Great – Writing on public platforms – we started writing on dalal-street.in and before making each post, I used to do a lot of re-work and spend a couple of days before finally publishing as it was a great responsibility. It helped in thinking several times and making sure that decent work has been done. It helped me connect with fantastic investors across India. Later we started contributing on ValuePickr.com and I feel lucky to have been part of this platform.
Regret – not sure. Perhaps lacking discipline and getting carried away during good times
When do you sell a stock? What are the criteria according to your rationale that a stock has reached its life? When do you know it’s time to get out of stock?
I’m really bad at this.
Any example where patience has paid off for you?
Polymedicure/Avanti Feeds – both these companies had some major concerns and perhaps a completely rational mind wouldn’t have invested or would have exited midway. However, we continue to be invested in both these companies for several years and it has been a wonderful journey (though very volatile) of growth and eventual re-rating.
Tell us more about Screener.in – what led you to creating this go-to software of every market participant? Also, what are your future plans for the same?
Credit goes to my brother – Pratyush for his relentless pursuit and hard work. He is a CA by qualification and hasn’t had proper training in IT. Yet, out of passion and aim to develop tools to reduce our workflow he started creating Screener almost a decade back for our internal use. We had never imagined that the constant efforts and additions of features over the years will be so powerful.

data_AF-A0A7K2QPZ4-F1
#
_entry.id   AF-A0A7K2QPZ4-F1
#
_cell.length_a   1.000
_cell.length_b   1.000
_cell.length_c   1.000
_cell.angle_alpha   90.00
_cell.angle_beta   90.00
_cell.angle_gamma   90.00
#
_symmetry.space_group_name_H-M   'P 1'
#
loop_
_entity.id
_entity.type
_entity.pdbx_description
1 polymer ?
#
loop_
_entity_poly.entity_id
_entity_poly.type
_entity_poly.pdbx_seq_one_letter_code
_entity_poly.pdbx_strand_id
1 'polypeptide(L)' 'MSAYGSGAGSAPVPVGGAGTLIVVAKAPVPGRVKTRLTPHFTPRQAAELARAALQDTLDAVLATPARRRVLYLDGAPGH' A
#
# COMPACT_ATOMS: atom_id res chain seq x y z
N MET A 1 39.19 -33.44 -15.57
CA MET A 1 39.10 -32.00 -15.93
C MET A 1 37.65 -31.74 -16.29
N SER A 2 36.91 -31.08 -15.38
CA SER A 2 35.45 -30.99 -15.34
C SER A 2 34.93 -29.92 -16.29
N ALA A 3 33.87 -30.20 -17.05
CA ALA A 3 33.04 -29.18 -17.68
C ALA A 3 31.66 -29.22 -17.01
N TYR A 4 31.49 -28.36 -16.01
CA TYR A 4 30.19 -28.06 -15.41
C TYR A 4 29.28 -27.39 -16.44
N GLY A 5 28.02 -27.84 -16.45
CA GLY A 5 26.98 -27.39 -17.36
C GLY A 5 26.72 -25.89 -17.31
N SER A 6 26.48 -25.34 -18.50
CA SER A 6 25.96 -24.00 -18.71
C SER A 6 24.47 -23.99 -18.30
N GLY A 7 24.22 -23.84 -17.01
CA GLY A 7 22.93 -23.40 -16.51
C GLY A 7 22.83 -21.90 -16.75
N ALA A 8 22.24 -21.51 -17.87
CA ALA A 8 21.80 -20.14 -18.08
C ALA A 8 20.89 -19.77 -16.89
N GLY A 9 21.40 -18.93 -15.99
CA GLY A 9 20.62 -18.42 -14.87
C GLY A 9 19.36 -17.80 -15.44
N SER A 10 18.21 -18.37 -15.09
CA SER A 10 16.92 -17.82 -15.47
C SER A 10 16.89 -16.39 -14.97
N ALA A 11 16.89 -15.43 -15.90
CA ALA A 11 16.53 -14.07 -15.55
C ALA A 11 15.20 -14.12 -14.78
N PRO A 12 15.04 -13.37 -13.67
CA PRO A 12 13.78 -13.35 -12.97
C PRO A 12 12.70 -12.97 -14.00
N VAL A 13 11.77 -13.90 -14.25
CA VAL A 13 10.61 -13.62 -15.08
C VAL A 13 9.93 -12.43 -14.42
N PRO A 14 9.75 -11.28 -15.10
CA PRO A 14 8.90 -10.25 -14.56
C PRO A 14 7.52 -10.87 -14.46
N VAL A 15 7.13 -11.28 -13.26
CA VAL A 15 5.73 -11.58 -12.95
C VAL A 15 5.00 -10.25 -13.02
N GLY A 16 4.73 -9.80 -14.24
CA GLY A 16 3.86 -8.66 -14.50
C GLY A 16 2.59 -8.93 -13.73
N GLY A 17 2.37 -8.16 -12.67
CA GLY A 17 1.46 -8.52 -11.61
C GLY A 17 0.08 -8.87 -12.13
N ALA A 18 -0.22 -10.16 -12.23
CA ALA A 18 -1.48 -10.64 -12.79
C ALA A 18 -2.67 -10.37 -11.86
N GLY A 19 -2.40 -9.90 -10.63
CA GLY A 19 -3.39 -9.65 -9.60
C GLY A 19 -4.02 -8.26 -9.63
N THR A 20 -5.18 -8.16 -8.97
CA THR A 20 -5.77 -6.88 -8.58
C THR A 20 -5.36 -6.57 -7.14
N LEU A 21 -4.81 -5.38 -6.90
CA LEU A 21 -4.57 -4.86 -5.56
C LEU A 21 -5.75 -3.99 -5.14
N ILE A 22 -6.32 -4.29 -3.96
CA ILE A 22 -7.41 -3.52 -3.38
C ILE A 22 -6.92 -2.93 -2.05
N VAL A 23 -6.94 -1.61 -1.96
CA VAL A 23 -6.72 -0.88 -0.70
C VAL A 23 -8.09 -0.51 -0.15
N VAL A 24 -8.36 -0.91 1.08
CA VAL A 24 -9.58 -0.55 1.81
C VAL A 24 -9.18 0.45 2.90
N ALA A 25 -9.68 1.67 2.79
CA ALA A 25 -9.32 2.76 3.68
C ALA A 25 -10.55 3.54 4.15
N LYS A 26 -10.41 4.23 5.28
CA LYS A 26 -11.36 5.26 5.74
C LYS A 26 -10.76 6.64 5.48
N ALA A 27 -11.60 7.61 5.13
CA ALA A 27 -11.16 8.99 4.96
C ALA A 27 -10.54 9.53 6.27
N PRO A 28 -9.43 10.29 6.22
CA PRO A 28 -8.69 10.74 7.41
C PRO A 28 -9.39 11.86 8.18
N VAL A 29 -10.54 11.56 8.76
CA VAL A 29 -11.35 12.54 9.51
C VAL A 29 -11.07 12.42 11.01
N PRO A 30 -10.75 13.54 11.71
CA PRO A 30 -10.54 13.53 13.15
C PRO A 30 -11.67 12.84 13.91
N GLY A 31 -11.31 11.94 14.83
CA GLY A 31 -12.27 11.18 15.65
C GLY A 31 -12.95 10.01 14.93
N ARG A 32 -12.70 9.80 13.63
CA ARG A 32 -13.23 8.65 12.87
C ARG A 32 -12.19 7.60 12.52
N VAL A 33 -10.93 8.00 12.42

It was Dad’s dream to empower the retail investor with better and faster data so that they can make informed decisions and catch new opportunities. It is his constant push and new ideas which led to new features on Screener. He kept pushing us to keep it free for maximum time and users. We are focussed on improving the features further and make it the default go-to website for the research needs of any investor.
One up on wall street, Zebra in a Lion Country, Warren Buffet way, Finding the next Starbucks
Tennis, Spending time with friends & family and travelling
How do you increase your market knowledge?
By tracking and owning a large number of small and mid-sized companies. They force you to keep reading a lot with reference to them. Add to this participation on public platforms which contributes significantly to your knowledge and research skills.
Who is your role model in investing?
Multiple gurus. I love the writing of Prof. Sanjay Bakshi.
Disruptions – What do you think of them and how do you evaluate if a business you are looking at as a prospective investment won’t get disrupted easily?
I don’t think I have done well here. In fact, because a stock is too cheap and growing currently, I have participated in the same despite long term disruption risk.
One advice you would like to give to younger people who have just started earning/saving/investing in the financial freedom journey?
The most important thing is to be curious and to have an open mindset. This field is beautiful and perhaps one of the rare areas where experts are ready to share their knowledge/experience with anyone provided he can value add and is honest in his work. In the early stage of investing, it’s important to catch some big trends or catch onto something which can make a material difference.
Hope you liked the interview,
Stay tuned for many more interviews.
More Interviews –
Disclaimer – Stock names discussed here are by no means a recommendation.